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When I worked in a tea shop, I actually got a few people coming in requesting jasmine tea. Why jasmine? Because that’s what Uncle Iroh would drink on Avatar: The Last Airbender.

So here’s something to think about:

Even though he was royalty, Uncle Iroh was a master of preparing his own tea– even after he left with Zuko, he could always be seen preparing it on his own, eventually opening a successful tea shop when the one he worked at turned out to be awful.

For a firebender, heating a pot of water wouldn’t be difficult– a few seconds of rage and you’d have it at a rolling boil– but a rolling boil would ruin the tea.

The secret to a good cup of tea is often in the temperature of water that you use.

Jasmine, green and white tea tends to need between 160-180* F (71-82*C)– go any higher than that, and you’ll scald the leaves and wind up with bitter tea. Let it steep for too long, and it’ll scald anyway. So you can’t just boil the hell out of it and walk away; to be really good, a cup of tea needs a lower temperature and a softer flame. It needs patience and attention. And that’s where Uncle Iroh excelled.

It was such a wonderful character detail, and I love it so.

the hag in folklore actually is symbolic of men being afraid that when women get older we’ll realize how shit they really are and eat them which is fair and they should be

I’m running a canned campaign in a sci-fi setting

Totally not-shady NPC: I’ll need you to retrieve my secret cargo from the abandoned spaceship, but it’s very private, so don’t look inside–

Player: Is it a girl in a box?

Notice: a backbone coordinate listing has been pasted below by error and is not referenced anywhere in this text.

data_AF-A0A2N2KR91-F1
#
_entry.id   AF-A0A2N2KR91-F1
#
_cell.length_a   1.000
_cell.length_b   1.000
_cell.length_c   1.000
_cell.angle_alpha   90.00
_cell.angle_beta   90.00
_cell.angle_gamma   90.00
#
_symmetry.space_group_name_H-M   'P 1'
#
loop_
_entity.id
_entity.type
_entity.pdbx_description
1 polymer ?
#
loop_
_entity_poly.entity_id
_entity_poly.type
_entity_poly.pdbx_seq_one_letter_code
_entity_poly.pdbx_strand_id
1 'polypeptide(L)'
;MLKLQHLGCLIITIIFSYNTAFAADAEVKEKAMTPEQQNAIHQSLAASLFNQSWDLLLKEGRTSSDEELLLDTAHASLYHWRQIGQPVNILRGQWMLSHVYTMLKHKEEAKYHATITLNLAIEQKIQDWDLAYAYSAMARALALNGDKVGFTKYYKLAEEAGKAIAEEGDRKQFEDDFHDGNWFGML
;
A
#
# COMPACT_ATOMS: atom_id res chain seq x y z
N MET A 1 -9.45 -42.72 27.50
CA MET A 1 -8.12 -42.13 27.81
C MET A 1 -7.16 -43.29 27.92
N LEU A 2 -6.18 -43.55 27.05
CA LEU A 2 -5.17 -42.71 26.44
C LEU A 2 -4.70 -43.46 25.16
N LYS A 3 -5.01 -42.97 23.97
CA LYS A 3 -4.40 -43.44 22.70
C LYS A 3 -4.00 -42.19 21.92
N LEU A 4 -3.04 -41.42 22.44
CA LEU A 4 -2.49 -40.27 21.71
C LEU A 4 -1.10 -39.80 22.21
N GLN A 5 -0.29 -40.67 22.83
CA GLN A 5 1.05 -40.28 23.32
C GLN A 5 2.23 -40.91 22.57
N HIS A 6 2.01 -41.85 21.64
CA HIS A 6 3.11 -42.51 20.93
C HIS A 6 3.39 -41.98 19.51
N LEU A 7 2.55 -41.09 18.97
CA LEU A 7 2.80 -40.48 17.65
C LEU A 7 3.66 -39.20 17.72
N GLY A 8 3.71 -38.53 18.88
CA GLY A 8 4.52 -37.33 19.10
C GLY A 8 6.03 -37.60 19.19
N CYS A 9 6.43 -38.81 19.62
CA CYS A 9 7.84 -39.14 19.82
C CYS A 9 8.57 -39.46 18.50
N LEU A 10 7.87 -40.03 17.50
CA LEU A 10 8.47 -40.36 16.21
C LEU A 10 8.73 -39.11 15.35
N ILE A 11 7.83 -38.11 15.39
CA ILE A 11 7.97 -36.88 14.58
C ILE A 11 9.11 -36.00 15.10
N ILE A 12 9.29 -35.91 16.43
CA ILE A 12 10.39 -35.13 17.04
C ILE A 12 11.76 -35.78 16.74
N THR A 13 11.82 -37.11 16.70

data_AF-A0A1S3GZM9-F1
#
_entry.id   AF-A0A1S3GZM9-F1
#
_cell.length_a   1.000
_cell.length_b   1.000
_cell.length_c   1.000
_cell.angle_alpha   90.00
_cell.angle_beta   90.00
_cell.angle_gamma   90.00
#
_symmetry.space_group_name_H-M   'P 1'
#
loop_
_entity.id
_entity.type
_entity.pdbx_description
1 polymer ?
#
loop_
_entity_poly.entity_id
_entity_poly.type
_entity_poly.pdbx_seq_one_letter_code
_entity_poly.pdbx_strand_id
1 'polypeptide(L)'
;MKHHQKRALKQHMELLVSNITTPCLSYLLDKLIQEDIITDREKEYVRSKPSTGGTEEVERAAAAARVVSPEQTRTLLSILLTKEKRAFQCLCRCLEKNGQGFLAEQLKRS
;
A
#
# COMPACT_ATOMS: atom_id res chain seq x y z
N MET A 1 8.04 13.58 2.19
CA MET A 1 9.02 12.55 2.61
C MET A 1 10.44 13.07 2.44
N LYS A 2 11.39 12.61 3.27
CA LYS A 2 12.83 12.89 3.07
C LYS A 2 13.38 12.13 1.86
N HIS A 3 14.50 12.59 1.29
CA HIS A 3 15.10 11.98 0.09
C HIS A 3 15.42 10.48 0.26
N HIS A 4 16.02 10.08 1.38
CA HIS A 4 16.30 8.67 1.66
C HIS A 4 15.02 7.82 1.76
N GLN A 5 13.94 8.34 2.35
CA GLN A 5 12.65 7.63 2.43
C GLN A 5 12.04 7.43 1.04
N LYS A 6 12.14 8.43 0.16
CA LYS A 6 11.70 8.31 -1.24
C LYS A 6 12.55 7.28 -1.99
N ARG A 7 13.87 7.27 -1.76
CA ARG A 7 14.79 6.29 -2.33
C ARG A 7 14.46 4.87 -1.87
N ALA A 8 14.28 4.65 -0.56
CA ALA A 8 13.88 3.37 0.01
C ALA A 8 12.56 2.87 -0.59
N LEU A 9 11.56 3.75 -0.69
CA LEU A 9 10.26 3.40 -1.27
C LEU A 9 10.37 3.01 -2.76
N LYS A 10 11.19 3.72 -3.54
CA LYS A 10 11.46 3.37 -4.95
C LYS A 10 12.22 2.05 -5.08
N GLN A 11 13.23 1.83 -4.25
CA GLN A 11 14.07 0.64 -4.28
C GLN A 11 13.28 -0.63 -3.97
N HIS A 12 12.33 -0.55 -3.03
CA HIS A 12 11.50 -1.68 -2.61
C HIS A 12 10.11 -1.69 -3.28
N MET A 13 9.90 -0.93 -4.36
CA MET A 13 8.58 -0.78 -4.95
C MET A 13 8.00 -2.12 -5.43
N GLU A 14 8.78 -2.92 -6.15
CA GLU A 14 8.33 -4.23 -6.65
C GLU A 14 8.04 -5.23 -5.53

NPC: …What?

Player: This is a sci-fi story, and there’s a box you don’t want us to look into. There’s only ever one way that ends, and it’s always with a girl stuffed into a box.

Other Player: Hey, we don’t even know how big it is. It could just be a cigar box.

First Player: Okay, you’re right. It could be a bunch of sex toys. How big is the box?

NPC: It’s… uh… six feet long by three feet wide by three feet deep…

First Player: Ugh. Okay, fine. Somebody pack a crowbar and a spare set of women’s clothing. We need to go get this girl out of her box.

aspects of emotionally abusive parent/child relationships that i still can’t believe they included in tangled:

  • gothel appearing genuinely sweet and caring at times, enough to possibly even confuse the audience
  • the mumbling: just having that tiny insignificant little thing be something that gothel consistently, for no discernible reason, gets pissed about
  • having a special “i love you” exchange: seriously like idk if this is common but i had the same sort of thing with my abusive dad and the first time they said the whole “i love you more” “i love you most” thing i was like holy SHIT
  • when gothel says “oh great, now i’m the bad guy”: i cannot stress enough that 100% of the time any parent who complains about being the bad guy is abusive
  • and then later when she’s like “you want me to be the bad guy? fine” as if rapunzel’s making her do all this by not wanting to be locked up forever
  • when rapunzel tells pascal “shh, don’t let her see you”: why wouldn’t gothel want rapunzel to have a pet?? they never explain that, but they don’t need to, because of course she won’t allow rapunzel to have this harmless thing that makes her happy
  • rapunzel having an entire sequence where she struggles with finally feeling free and happy and also thinking that makes her a terrible person because her mother wouldn’t like it